"Now what?" Annabeth whispered.

Percy shrugged. "We knock." He raised a hand and knocked three times on the great wooden door.

The rumble of voices within stopped, before a booming voice said, "Enter."

Percy pushed the door open and strode inside, his eyes darting along the line of seated gods. To his relief, it appeared that the Fates had already spoken here, as Lord Hades was present, as well as Queen Persephone, seated beside her husband, much to her mother's obvious dismay.

Huddled in the corner, behind Chiron, were Grover and a group of young demigods, about fifteen of them. Percy spotted his younger self hiding among them, trying to be invisible, far too bewildered and scared to have been anything more than a very new camper, and attempted to give him a comforting smile, but did not halt his approach until he was right in front of Lord Zeus and Lady Hera, whereupon he knelt, bowing his head, sensing Annabeth and Nico doing the same thing either side of him.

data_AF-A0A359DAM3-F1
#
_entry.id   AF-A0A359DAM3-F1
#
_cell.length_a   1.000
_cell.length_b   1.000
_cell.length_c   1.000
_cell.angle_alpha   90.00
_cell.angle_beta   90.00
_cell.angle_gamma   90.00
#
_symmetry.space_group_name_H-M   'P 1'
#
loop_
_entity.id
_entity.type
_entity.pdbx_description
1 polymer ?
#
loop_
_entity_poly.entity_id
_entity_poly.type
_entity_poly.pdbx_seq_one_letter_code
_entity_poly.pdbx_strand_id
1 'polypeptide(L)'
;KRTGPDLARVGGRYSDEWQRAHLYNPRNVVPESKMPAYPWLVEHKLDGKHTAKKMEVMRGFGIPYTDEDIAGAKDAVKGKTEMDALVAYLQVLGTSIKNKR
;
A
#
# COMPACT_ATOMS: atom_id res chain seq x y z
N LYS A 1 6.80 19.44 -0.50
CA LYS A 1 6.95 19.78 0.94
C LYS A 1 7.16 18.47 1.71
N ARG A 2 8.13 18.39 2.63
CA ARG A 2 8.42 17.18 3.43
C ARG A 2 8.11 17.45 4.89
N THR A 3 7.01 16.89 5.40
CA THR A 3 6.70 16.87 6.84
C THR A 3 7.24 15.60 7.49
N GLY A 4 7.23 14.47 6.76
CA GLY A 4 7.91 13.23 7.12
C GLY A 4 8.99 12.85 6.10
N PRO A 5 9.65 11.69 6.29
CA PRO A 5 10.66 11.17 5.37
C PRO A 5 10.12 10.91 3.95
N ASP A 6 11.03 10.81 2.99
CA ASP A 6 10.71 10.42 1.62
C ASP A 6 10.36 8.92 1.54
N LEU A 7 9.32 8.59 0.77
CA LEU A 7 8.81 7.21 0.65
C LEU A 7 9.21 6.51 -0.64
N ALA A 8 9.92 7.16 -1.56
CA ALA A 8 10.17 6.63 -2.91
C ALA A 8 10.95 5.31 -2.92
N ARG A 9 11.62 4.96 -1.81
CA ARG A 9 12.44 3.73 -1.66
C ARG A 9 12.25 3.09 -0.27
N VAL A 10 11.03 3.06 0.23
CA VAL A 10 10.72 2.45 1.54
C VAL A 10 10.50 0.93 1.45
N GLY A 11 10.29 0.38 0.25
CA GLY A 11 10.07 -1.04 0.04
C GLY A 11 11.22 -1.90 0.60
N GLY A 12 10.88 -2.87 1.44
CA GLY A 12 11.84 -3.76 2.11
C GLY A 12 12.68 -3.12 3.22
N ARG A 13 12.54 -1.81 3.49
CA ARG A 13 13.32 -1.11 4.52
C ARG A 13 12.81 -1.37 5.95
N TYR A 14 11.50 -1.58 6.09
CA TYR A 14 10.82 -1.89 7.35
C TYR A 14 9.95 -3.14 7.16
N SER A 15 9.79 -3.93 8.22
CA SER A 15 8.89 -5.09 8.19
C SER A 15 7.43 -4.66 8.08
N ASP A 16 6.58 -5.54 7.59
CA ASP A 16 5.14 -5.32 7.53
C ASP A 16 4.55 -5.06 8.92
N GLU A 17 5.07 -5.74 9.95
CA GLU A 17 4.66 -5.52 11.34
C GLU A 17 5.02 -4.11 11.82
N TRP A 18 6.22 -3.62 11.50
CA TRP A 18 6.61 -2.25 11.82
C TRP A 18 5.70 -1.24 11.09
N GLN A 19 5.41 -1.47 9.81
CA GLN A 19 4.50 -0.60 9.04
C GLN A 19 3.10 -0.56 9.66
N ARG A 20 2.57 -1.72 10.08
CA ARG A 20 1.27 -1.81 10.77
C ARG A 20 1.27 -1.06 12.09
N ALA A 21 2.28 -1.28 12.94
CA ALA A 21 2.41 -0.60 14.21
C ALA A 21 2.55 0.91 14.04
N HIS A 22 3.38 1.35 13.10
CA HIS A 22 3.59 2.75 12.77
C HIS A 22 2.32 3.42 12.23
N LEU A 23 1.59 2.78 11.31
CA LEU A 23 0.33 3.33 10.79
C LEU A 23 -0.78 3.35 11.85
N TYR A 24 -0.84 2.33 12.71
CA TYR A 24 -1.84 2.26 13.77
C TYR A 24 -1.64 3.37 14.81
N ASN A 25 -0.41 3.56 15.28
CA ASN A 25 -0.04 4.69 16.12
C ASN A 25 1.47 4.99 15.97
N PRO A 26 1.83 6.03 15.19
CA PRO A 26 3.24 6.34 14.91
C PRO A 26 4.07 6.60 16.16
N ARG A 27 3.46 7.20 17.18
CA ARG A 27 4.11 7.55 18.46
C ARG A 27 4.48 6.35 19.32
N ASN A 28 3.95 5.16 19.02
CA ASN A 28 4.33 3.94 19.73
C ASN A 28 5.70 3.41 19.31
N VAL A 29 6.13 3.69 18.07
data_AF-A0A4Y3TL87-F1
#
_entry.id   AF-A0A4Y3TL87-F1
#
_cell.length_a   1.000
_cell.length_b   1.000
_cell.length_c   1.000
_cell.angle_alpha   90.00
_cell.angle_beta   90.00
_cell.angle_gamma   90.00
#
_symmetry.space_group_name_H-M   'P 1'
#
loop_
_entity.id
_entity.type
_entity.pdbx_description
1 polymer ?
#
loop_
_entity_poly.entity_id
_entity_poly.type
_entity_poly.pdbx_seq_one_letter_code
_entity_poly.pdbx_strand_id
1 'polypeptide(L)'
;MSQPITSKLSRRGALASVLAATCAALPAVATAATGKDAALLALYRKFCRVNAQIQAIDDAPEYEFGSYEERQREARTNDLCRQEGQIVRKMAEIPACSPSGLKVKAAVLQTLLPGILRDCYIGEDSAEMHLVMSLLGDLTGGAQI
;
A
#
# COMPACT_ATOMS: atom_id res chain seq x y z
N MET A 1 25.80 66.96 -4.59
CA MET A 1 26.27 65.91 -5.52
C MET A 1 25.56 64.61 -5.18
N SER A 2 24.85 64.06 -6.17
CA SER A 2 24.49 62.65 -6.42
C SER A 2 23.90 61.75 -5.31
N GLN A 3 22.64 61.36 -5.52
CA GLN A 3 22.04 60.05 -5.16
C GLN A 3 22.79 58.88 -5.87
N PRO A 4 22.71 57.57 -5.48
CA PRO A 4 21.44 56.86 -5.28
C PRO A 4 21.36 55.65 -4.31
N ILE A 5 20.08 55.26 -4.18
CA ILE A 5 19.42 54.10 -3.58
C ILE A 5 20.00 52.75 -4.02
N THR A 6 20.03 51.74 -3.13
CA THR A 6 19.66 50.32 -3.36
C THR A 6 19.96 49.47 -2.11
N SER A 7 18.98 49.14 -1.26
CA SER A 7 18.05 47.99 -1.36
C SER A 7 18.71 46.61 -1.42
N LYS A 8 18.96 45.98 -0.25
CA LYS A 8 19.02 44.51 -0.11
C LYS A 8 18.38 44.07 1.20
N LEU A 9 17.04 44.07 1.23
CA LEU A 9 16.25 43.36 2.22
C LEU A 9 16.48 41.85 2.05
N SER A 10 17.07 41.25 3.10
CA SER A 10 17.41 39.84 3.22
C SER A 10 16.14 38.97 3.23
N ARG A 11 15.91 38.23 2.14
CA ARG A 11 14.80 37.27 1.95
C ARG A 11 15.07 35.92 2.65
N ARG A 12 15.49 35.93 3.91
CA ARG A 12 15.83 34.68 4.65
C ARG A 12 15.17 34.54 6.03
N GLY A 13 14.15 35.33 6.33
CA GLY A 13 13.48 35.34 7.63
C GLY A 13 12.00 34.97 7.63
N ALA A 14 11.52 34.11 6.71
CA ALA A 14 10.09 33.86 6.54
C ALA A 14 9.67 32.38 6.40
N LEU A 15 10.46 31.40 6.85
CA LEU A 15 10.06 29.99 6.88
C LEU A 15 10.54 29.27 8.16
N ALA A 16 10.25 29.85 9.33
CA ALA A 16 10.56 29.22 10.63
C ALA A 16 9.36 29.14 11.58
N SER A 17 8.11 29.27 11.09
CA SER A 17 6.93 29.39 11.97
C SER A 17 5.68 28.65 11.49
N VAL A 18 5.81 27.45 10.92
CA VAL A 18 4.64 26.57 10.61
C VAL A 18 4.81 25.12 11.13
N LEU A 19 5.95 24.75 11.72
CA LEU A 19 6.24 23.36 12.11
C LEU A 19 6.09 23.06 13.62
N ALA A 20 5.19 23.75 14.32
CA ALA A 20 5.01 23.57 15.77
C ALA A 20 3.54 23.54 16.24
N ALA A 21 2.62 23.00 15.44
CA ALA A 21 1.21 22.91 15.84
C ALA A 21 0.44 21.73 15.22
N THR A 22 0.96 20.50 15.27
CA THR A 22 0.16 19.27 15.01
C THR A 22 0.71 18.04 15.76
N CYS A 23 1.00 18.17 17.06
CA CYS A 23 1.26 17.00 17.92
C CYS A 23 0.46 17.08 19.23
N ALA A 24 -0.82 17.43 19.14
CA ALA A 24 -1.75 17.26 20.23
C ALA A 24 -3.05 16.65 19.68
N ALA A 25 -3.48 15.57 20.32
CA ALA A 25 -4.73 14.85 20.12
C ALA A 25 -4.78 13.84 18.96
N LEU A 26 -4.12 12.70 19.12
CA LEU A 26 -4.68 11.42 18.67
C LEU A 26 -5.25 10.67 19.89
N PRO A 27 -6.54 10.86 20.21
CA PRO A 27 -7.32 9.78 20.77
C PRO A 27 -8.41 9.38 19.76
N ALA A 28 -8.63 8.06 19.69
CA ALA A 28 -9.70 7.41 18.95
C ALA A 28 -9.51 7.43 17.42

It was Lady Hera who spoke, rather than her husband, her tone brisk. "Rise, heroes, and identify yourselves. The Fates have brought about this gathering. We will not act against you."

That could change quickly, so Annabeth, with the least to fear, rose first, bowing towards her.

"Annabeth Chase, daughter of Athena, Architect of Olympus." She bowed again to her mother, who favoured her with a smile, but looked troubled. She did not, however, speak, or ask why Olympus would need an architect.

Nico rose next, also bowing. "Nico DiAngelo, son of Hades."